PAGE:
In general terms, to say something is limited implies constraint, either in availability or capability. In the case of today’s Nice Price or Crack Pipe LTD Interceptor, that limit is your imagination, and maybe, its price.
It is my opinion that On Her Majesty’s Secret Service is the best of all the Bond movies. It featured a new Bond, George Lazenby, tasked with a new and daunting assignment: marriage. It even featured a new car. Yes, it was still an Aston Martin. In place of the silver DB5 with all the spy stuff however, Lazenby drove a wide-grille DBS that eschewed geegaws for wing mirrors and paint that sadly was a rather unfortunate shade of green.
Aston Martins would feature in future Bond films alternatively as evidence of the character’s impeccable and eclectic taste, and in service as a talisman, much like his iconic martini. That’s not to say that James Bond didn’t drive a hell of a lot of other cars over the course of his 24-film career. There have been Lotus Esprits, 2CV Vans, a Sunbeam Alpine, Toyota 2000GT roadster, and, of interest to us yesterday, a BMW Z3 Roadster.
No, we didn’t have a Z3 from one of the Bond films, but instead a 1998 Z3 Roadster in the same color combination and drivetrain configuration as the one used in Bond 17, otherwise known as Goldeneye. That film connection may have been tenuous—hey, I’m wearing pants and James Bond wears pants. Simpatico!—but at just $5,300 the tidy little Bimmer was able to muster a solid 65-percent Nice Price win all on its own. And after all, who doesn’t like a happy ending?
There’s not too many happy endings happening in the back seats of police cars. At least that’s my expectation, having never ended up there myself. No, for a good time in a cop car you’re really going to want to be in the front seat. And from the looks of the front seat in this 1985 Ford LTD Interceptor it’s been the source for a lot of good times.
The LTD started life as the top trim level on the full size Ford Galaxie. Over the ‘70s and into the ‘80s that full size turned to fun size as the LTD nameplate transitioned down to the the Panther platform and then to that of the Fox body. The ’83 through ’86 LTD models were in essence just tarted up and more aerodynamically attuned Fairmonts. That being said, they were a hell of a lot better looking and, being from the mid-eighties, came imbued with a number of Fox body performance parts.
The hottest LTD of this era was the LX which was given the 165-horsepower/245 lb ft of torque Windsor V8. The 302 was given throttle body fuel injection and denoted as H.O. on the air cleaner. That was for High Output. Laughable now, but it was pretty impressive back then. A four-speed AOD transmission completed the drivetrain package.
The Interceptor police package was built off the LX and added to the basic performance upgrades bigger brakes, fatter swaybars, a remote trunk release, and an available A-pillar mounted spotlight.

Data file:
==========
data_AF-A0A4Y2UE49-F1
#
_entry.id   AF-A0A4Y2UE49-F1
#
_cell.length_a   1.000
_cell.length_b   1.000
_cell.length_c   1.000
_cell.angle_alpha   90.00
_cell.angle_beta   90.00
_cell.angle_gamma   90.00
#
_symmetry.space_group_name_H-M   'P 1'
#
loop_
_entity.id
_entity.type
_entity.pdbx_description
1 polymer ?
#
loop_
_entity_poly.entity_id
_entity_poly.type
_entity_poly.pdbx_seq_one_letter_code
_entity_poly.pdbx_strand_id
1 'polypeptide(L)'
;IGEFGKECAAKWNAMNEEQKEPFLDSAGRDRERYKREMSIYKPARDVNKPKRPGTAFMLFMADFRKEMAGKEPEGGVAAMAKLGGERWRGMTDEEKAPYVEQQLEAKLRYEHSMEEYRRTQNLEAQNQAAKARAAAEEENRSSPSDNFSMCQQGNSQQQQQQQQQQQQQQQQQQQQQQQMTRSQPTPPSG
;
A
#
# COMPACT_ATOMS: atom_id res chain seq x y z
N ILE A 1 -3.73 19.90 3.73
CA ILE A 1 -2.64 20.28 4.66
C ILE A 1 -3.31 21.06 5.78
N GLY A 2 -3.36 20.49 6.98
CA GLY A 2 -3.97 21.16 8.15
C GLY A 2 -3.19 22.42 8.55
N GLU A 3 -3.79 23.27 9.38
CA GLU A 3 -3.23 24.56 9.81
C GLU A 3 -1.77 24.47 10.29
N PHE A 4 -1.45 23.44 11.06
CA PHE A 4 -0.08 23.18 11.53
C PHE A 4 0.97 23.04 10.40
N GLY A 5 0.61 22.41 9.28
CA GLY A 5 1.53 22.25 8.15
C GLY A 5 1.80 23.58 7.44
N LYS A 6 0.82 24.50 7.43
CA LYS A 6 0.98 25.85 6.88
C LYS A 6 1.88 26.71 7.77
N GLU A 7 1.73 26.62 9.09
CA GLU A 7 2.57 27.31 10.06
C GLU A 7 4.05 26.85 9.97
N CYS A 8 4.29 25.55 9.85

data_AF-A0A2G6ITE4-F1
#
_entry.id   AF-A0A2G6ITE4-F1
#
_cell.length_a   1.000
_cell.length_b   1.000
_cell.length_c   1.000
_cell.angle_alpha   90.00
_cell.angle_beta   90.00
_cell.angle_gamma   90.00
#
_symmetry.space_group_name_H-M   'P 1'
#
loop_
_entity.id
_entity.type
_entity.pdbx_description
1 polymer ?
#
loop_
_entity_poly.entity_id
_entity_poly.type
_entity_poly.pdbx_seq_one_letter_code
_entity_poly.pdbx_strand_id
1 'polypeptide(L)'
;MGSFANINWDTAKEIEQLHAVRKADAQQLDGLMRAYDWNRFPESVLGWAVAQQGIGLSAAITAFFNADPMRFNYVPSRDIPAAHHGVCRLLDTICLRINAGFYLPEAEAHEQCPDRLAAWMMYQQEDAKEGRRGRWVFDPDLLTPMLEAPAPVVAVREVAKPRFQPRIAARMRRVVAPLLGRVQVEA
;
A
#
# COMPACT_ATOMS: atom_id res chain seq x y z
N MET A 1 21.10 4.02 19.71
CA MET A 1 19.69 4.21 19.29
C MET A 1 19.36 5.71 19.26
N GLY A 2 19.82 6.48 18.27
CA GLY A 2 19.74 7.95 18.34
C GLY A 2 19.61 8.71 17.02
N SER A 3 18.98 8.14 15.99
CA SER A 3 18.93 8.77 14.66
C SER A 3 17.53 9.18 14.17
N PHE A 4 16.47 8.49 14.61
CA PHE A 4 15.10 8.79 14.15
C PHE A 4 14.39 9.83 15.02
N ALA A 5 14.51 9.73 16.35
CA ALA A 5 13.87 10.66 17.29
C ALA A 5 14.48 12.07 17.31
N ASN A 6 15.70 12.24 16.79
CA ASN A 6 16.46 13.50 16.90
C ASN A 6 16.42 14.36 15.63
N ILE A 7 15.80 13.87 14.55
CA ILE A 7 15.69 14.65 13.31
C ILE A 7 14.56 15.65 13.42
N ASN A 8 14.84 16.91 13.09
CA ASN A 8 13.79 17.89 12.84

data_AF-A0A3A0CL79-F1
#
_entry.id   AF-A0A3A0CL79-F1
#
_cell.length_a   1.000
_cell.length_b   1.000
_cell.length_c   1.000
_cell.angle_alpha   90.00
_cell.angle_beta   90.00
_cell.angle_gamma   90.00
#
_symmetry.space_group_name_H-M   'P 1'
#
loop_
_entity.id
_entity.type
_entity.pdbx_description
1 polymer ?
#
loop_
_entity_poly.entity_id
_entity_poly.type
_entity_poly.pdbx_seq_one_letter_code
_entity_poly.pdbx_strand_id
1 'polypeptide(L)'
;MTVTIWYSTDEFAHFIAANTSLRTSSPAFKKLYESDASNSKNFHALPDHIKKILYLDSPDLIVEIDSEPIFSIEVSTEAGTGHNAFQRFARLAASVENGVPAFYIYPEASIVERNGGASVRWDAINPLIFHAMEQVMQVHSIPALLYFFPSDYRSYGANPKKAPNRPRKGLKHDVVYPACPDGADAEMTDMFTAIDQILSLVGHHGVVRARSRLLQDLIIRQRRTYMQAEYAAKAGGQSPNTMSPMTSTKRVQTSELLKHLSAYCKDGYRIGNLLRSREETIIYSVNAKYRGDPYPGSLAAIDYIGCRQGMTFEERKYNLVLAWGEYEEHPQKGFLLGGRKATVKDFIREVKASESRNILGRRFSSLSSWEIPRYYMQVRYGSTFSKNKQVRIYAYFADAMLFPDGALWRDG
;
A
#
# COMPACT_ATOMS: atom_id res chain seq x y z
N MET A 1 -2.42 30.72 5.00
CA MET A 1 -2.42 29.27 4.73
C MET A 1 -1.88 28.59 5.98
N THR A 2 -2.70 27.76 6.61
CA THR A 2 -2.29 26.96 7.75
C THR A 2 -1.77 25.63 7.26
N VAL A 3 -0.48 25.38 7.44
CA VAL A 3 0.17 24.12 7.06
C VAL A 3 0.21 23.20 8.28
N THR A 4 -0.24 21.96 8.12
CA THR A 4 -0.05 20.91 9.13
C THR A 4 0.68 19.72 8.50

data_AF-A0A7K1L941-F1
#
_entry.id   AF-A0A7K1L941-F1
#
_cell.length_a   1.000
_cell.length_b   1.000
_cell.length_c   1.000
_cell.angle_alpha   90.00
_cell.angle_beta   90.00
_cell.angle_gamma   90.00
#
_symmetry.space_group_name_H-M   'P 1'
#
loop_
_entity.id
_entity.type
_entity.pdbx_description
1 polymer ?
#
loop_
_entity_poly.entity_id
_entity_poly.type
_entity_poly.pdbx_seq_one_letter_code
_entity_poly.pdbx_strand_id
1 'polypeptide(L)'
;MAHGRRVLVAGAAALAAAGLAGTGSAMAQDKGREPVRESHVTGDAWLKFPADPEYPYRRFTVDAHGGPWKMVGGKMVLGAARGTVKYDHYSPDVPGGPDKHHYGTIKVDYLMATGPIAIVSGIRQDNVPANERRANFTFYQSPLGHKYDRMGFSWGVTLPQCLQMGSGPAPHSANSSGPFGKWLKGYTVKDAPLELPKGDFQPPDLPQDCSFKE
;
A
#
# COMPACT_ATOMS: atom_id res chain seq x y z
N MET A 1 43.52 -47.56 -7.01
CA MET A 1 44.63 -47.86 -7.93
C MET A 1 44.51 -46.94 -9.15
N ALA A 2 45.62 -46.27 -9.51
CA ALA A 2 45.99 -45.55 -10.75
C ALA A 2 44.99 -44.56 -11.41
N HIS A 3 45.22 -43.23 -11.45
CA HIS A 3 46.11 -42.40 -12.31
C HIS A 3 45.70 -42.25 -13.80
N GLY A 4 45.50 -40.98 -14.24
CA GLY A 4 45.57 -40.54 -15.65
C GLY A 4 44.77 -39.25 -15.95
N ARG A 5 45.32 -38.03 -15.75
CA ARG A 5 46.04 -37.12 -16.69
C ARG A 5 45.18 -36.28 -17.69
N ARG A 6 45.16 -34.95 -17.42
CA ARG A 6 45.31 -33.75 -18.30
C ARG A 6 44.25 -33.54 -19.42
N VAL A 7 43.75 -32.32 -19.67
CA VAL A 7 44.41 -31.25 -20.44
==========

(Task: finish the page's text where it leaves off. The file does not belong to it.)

This one exhibits all that stuff in a body that looks as anonymous as cafeteria food and seemingly just about as tired. The ad says that the 111,000 mile car is original right down to its AM radio and the rubber floor covering that laughs at your puke. The rest of the interior looks like it’s had a lot of asses in it and is the worse for wear as a result. Extra gauges pop from the passenger side dash while the driver’s side gets what’s likely the world’s biggest gas gauge next to a tiny, but 140 mph ‘certified calibration’ speedo.
The engine bay is as dirty as the rest of the car, but is seemingly all complete, including its double snorkel air cleaner and aforementioned decal.
The seller says the car runs ‘very well’ and that the transmission does its thing without issue. There are a few problems, however. One of the window motors has given up the ghost, and both the heater (core) and A/C (R134, but not enough of it) are on the fritz. Also there’s a bunch of mismatched keys so prepare to jingle like a Christmas sleigh every time you take the car out for a drive.
The bodywork is serviceable, although the rear bumper looks like something you wouldn’t want to touch without your shots being all up to date. Some badging is also absent.
On the plus side, there are Mustang Turbines in the wheelwells. Additionally, car comes with a clean title and has apparently passed its California emissions test.
The price is $3,200 which admittedly is a lot for an old Fox body that’s not a Mustang with a V8 or turbo four. But then, this is a V8 and it’s a rare Interceptor which should be a ball to cruise around in if you’re into such things. Are you into it enough to let that $3,200 price off with a warning? Or, does that asking make your interest even more limited?
H/T to Twig Mouse for the hookup!
Help me out with NPOCP. Click here to send a me a fixed-price tip, and remember to include your Kinja handle